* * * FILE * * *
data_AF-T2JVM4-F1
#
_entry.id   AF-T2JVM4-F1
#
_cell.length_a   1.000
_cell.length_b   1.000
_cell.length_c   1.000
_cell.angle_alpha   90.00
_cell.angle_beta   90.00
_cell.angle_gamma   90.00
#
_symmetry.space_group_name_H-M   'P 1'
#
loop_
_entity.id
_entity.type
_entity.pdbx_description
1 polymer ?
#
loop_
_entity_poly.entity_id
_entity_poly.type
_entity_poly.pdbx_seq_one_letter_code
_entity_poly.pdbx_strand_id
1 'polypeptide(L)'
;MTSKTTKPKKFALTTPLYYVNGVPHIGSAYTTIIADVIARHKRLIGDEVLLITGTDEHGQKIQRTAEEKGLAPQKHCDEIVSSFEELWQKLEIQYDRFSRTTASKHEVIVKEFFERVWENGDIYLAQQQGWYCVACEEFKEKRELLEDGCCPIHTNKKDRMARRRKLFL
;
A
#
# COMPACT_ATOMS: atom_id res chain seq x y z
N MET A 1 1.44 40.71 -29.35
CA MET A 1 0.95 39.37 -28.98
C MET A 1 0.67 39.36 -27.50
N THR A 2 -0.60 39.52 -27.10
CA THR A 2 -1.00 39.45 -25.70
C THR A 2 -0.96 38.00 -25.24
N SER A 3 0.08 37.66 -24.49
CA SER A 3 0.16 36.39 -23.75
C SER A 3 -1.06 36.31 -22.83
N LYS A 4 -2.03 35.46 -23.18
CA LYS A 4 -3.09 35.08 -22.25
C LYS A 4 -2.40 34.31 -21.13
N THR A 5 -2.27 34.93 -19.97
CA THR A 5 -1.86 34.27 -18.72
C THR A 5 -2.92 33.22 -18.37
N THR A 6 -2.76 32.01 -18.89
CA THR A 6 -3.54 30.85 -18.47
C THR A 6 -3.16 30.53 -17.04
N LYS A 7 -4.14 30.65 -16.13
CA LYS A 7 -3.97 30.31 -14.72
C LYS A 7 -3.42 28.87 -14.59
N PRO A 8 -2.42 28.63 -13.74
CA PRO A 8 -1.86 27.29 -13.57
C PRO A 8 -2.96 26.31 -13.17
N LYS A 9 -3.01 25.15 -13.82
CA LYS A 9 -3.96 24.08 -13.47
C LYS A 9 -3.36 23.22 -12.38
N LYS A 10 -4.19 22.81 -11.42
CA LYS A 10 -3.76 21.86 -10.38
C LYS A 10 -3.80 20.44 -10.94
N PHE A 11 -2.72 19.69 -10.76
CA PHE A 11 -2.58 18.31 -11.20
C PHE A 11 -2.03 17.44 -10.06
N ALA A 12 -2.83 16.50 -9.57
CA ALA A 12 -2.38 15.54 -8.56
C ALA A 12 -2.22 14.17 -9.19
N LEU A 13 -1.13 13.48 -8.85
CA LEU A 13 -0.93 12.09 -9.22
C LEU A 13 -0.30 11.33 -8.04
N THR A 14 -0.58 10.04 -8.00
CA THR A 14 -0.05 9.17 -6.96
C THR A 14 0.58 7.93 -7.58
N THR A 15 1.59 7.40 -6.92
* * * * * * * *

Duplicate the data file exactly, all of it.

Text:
data_AF-T2JVM4-F1
#
_entry.id   AF-T2JVM4-F1
#
_cell.length_a   1.000
_cell.length_b   1.000
_cell.length_c   1.000
_cell.angle_alpha   90.00
_cell.angle_beta   90.00
_cell.angle_gamma   90.00
#
_symmetry.space_group_name_H-M   'P 1'
#
loop_
_entity.id
_entity.type
_entity.pdbx_description
1 polymer ?
#
loop_
_entity_poly.entity_id
_entity_poly.type
_entity_poly.pdbx_seq_one_letter_code
_entity_poly.pdbx_strand_id
1 'polypeptide(L)'
;MTSKTTKPKKFALTTPLYYVNGVPHIGSAYTTIIADVIARHKRLIGDEVLLITGTDEHGQKIQRTAEEKGLAPQKHCDEIVSSFEELWQKLEIQYDRFSRTTASKHEVIVKEFFERVWENGDIYLAQQQGWYCVACEEFKEKRELLEDGCCPIHTNKKDRMARRRKLFL
;
A
#
# COMPACT_ATOMS: atom_id res chain seq x y z
N MET A 1 1.44 40.71 -29.35
CA MET A 1 0.95 39.37 -28.98
C MET A 1 0.67 39.36 -27.50
N THR A 2 -0.60 39.52 -27.10
CA THR A 2 -1.00 39.45 -25.70
C THR A 2 -0.96 38.00 -25.24
N SER A 3 0.08 37.66 -24.49
CA SER A 3 0.16 36.39 -23.75
C SER A 3 -1.06 36.31 -22.83
N LYS A 4 -2.03 35.46 -23.18
CA LYS A 4 -3.09 35.08 -22.25
C LYS A 4 -2.40 34.31 -21.13
N THR A 5 -2.27 34.93 -19.97
CA THR A 5 -1.86 34.27 -18.72
C THR A 5 -2.92 33.22 -18.37
N THR A 6 -2.76 32.01 -18.89
CA THR A 6 -3.54 30.85 -18.47
C THR A 6 -3.16 30.53 -17.04
N LYS A 7 -4.14 30.65 -16.13
CA LYS A 7 -3.97 30.31 -14.72
C LYS A 7 -3.42 28.87 -14.59
N PRO A 8 -2.42 28.63 -13.74
CA PRO A 8 -1.86 27.29 -13.57
C PRO A 8 -2.96 26.31 -13.17
N LYS A 9 -3.01 25.15 -13.82
CA LYS A 9 -3.96 24.08 -13.47
C LYS A 9 -3.36 23.22 -12.38
N LYS A 10 -4.19 22.81 -11.42
CA LYS A 10 -3.76 21.86 -10.38
C LYS A 10 -3.80 20.44 -10.94
N PHE A 11 -2.72 19.69 -10.76
CA PHE A 11 -2.58 18.31 -11.20
C PHE A 11 -2.03 17.44 -10.06
N ALA A 12 -2.83 16.50 -9.57
CA ALA A 12 -2.38 15.54 -8.56
C ALA A 12 -2.22 14.17 -9.19
N LEU A 13 -1.13 13.48 -8.85
CA LEU A 13 -0.93 12.09 -9.22
C LEU A 13 -0.30 11.33 -8.04
N THR A 14 -0.58 10.04 -8.00
CA THR A 14 -0.05 9.17 -6.96
C THR A 14 0.58 7.93 -7.58
N THR A 15 1.59 7.40 -6.92